PT on the Net Research

Treadmills and Gait Correction


Question:

There is a trainer at our club that is adamant that walking on a treadmill backwards will reduce QL tightness and "retrain" the gait of someone who has a distorted gait pattern, in particular a hip drop. I think this is completely ridiculous and is putting clients at risk for injury for not only falling off the treadmill but by putting more strain on the hip flexors and possibly causing more anterior pelvic tilt with someone who probably already has a lower cross syndrome. I would really like a professional opinion on this.

Answer:

Backward walking or running has been used increasingly as a rehabilitation technique for persons suffering from neurological and orthopaedic impairments. In terms of reducing QL tightness, there is not a lot of research suggesting it. However, backward walking has been suggested to help strengthen the core (abs and back). As far as suggesting gait retraining, the research is mixed. It also depends on the age of the client that you are working with (young versus elderly).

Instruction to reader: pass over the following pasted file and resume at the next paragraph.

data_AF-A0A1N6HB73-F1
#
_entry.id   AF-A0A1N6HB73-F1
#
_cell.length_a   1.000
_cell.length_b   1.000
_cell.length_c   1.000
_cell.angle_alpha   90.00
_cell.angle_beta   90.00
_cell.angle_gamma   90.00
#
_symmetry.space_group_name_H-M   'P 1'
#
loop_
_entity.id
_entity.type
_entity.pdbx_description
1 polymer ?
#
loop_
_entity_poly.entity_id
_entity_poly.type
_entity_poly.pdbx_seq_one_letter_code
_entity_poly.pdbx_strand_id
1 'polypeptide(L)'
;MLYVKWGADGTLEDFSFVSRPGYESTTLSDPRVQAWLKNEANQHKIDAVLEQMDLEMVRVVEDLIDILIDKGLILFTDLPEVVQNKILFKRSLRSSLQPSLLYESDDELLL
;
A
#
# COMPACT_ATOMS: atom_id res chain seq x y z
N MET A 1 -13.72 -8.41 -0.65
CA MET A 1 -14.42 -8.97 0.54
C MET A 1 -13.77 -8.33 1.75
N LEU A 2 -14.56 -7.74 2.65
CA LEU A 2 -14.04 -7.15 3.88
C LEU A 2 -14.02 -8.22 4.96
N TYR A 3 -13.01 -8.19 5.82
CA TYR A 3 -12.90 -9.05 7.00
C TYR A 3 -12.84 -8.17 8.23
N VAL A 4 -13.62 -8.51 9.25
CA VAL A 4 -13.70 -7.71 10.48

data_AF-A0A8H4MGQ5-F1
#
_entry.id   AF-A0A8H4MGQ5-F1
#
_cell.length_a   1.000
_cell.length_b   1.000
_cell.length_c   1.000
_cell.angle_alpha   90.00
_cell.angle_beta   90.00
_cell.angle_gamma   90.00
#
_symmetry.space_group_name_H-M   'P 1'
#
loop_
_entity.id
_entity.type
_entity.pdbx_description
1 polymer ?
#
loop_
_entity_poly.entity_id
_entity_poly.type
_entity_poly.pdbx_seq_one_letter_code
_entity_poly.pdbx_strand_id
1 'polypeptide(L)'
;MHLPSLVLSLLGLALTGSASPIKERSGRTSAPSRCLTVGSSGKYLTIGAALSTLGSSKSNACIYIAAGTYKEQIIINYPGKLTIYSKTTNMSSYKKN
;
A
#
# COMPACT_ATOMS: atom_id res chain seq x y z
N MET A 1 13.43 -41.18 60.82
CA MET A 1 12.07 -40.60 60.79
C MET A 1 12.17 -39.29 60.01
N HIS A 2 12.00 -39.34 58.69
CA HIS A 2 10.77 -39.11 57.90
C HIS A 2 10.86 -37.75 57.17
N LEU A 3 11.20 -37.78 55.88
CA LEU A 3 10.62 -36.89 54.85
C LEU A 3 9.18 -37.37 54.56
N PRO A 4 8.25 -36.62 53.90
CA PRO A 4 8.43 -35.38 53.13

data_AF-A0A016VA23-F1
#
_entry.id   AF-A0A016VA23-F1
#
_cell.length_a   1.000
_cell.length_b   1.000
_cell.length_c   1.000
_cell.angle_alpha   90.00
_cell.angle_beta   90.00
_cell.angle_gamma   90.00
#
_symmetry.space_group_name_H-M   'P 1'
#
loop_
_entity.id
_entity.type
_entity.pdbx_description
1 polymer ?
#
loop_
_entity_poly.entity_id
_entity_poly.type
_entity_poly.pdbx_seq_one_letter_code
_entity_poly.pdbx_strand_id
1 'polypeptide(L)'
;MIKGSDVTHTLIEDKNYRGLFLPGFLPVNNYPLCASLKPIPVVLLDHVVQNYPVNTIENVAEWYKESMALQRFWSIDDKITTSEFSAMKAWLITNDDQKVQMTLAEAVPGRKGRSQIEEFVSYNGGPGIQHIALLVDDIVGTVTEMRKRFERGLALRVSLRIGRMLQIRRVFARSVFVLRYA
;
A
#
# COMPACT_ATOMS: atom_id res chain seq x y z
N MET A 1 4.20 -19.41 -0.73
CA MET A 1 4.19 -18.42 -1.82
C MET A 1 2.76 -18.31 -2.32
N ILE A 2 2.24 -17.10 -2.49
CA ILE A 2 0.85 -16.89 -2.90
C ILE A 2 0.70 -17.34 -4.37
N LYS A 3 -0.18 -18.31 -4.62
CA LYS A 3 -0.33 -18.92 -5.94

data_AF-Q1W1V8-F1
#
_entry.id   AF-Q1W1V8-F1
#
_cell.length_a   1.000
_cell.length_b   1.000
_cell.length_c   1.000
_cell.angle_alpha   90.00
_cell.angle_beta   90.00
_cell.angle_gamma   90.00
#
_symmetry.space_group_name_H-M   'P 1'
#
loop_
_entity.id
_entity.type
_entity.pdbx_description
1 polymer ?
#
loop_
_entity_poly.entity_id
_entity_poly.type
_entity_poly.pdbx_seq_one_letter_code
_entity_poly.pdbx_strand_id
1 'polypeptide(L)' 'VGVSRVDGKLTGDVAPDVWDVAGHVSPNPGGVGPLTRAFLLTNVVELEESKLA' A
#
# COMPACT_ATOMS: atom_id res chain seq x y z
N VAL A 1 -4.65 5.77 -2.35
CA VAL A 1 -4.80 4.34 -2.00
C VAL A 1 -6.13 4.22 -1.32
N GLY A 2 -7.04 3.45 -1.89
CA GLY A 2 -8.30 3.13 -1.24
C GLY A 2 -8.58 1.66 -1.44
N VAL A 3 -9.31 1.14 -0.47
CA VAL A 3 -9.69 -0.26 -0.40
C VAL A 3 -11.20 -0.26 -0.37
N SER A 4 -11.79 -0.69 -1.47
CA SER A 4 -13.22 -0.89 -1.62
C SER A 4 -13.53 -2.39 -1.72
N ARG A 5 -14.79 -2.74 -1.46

Backward running and walking are also used as a cross training technique for individuals today. Individuals who suffer from knee pain while running and or walking have reported feeling relief with walking/running backwards on a treadmill or track.

This is a bit of an awkward position for a majority of people when you make your first attempt. Therefore, it is advised that you start at a slow speed and limit your distance. It is also a good idea to perform this exercise with a partner (if you are training a client, make sure you are there when they first perform this exercise). Correct backward walking form will also need to be taught to your clients. Rough terrains are not appropriate, so have your clients perform this activity on a track, treadmill or paved path. As with anything else, practice makes perfect. A study performed by Childs et al found that with increased practice participants became more efficient (VO2) walking backwards.

References:

  1. Laufer Y. (2003) Age- and gender-related changes in the temporal-spatial characteristics of forwards and backwards gaits. Physiother Res Int ;8(3):131-42.
  2. Ease on the knees: two options. (1994). The University of California, Berkeley Wellness Letter, 11(1); 6-7.
  3. Childs JD, Gantt C, Higgins D, Papazis JA, Franklin R, Metzler T, Underwood FB. (2002) The effect of repeated bouts of backward walking on physiologic efficiency. J Strength Cond Res;16(3):451-5.